This post builds on the research article “Physical Training, Ethical Discipline, and Creative Violence: Zones of Self-Mastery in the Hindu Nationalist Movement,” which was published in the February 2010 issue of the Society’s peer-reviewed journal, Cultural Anthropology.
In the February 2010 issue of Cultural Anthropology, Arafaat A. Valiani examines projects of self-mastery within neighborhood physical training programs associated with the Hindi Nationalist Movement. He argues that these physical regimes of training produce subjects that are simultaneously ethically oriented and creatively violent. This analysis is then applied to anti-Muslim pogroms in postcolonial Gujarat. In contrast to previous scholarship on these events, Valiani argues that the pogroms cannot be understood as the simple product of people blindly following the directives of the pro-Hindu BJP party, but must rather be analyzed with reference to the more extended project in which moral selves are cultivated through physical regimes of training and improvization.
Cultural Anthropology has published a number of essays on the topic of violence. These include: Nils Bubandt's "From the Enemy's Point of View: Violence, Empathy, and the Ethnography of Fakes" (2009); Peter Benson's "El Campo: Faciality and Structural Violence in Farm Labor Camps" (2008); Lori Allen's "Getting By the Occupation: How Violence Became Normal During the Second Palestinian Intifada" (2008); Charles Briggs' "Mediating Infanticide: Theorizing Relations between Narrative and Violence" (2007); and Rosalind Shaw's "Displacing Violence: Making Pentecostal Memory in Postwar Sierra Leone" (2007).
Cultural Anthropology has also published a number of essays on religion. These include: Jesse Weaver Shipley's "Comedians, Pastors, and the Miraculous Agency of Charisma in Ghana" (2009); Dierdre de la Cruz's "Coincidence and Consequence: Marianism and the Mass Media in the Global Philippines" (2009); Omri Elisha's "Moral Ambitions of Grace: The Paradox of Compassion and Accountability in Evangelical Faith-Based Activism" (2008); Webb Keane's "Sincerity, 'Modernity,' and the Protestants" (2002); Saba Mahmood's "Feminist Theory, Embodiment, and the Docile Agent: Some Reflections on the Egyptian Islamic Revival" (2001); and Charles Hirschkind's "Civic Virtue and Religious Reason: An Islamic Counterpublic" (2001).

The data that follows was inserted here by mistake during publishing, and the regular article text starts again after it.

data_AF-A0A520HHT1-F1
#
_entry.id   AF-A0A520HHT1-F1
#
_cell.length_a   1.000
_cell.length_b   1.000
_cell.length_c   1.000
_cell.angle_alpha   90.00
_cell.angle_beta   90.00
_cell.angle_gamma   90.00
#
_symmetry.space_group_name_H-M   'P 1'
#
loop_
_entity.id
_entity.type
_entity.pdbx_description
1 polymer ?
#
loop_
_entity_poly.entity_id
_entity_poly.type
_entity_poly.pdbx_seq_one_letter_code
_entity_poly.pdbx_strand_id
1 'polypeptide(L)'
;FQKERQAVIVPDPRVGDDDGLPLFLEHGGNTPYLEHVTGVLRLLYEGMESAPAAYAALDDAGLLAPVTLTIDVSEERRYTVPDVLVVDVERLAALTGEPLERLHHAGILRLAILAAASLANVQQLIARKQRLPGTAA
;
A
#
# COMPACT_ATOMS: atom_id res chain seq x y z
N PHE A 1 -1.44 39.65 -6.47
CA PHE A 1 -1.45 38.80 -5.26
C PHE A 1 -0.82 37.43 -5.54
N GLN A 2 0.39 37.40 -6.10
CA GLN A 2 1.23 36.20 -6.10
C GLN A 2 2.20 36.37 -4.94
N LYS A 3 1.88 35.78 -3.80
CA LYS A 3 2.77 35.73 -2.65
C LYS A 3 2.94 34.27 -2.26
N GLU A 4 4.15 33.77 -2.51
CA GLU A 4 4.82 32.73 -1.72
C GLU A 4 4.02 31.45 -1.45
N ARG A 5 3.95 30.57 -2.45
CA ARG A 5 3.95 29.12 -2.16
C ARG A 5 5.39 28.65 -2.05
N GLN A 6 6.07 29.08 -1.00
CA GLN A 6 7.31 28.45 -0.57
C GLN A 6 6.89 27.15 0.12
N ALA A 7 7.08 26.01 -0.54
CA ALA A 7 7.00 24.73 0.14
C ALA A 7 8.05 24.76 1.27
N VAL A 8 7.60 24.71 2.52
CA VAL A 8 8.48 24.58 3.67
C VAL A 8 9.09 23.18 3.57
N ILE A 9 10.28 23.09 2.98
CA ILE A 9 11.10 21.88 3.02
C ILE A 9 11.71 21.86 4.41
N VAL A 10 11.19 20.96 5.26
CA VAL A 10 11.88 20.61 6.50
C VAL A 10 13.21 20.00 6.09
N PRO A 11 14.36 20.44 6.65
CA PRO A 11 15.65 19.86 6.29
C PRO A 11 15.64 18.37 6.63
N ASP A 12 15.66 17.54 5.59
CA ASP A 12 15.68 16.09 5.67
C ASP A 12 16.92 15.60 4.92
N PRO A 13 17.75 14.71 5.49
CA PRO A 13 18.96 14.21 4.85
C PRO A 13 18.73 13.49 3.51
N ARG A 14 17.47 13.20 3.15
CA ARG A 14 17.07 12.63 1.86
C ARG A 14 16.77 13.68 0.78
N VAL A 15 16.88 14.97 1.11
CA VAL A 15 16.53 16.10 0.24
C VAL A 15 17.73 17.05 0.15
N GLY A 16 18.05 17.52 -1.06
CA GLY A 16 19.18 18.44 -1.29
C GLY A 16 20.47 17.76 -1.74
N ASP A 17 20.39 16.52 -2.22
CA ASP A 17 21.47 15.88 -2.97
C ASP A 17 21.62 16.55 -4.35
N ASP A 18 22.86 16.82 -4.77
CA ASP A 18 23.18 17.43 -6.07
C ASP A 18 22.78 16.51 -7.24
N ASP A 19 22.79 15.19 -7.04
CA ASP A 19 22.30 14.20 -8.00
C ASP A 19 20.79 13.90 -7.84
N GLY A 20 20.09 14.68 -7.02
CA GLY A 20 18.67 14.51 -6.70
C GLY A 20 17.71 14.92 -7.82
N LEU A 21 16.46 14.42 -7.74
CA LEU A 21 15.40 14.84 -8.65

Recent and Forthcoming Works by the Author
Valiani, Arafaat A. Militant Publics: Physical Training, Guerilla-styled Protest, and 'Civic' Action in Gujarat, India (tentative title, book manuscript)
Valiani, Arafaat A. "Violence." In Darity Jr., William A., ed. The International Encyclopedia of the Social Sciences, Volume 8. 2008: 622-625.
Valiani, Arafaat A. Contribution solicited by the Social Science Research Council pertaining to the terrorist attacks which took place in Mumbai, India in 2008. In "Off the Cuff: Mumbai Revisited," in Social Sciences Resource Council. The Immanent Frame: Secularism, religion and the public sphere. 2009.
Asad, Talal. Genealogies of Religion: Descipline, and Reasons of Power in Christianity and Islam. Baltimore, MD: Johns Hopkins Press, 1993.
Hansen, Thomas Blom. The Saffron Wave: Democracy and Hindu Nationalism in Modern India. Princeton, NJ: Princeton University Press, 1999.
Mahmood, Saba. Politics of Piety: The Islamic Revival and the Feminist Subject. Princeton, NJ: Princeton University Press, 2005.
Mueggler, Erik. "The Age of Wild Ghosts: Memory, violence, and place in Southwest China." Anthropologica 45.1(2003): 450-453.
Questions for Classroom Discussion
1. What does it mean to do the type of ethnography that Valiani did for this article? How does Valiani describe the ethical and methodological dilemmas he faced? And, how would you if placed in a comparable situation?
2. How does Valiani balance the issues of authority and agency? Are these opposing terms? What is the relationship between them? How do the characters Valiani presents in this essay exercise their agency, and how is this similar or dissimilar from conventional accounts of agency?
3. What does Valiani's account of the National Volunteer organization tell us about the relationship between violence and political subjectivity? How does Valiani analyze the embodied, discursive, and affective dispositions which enable certain technologies of violence? What type of information does it reveal?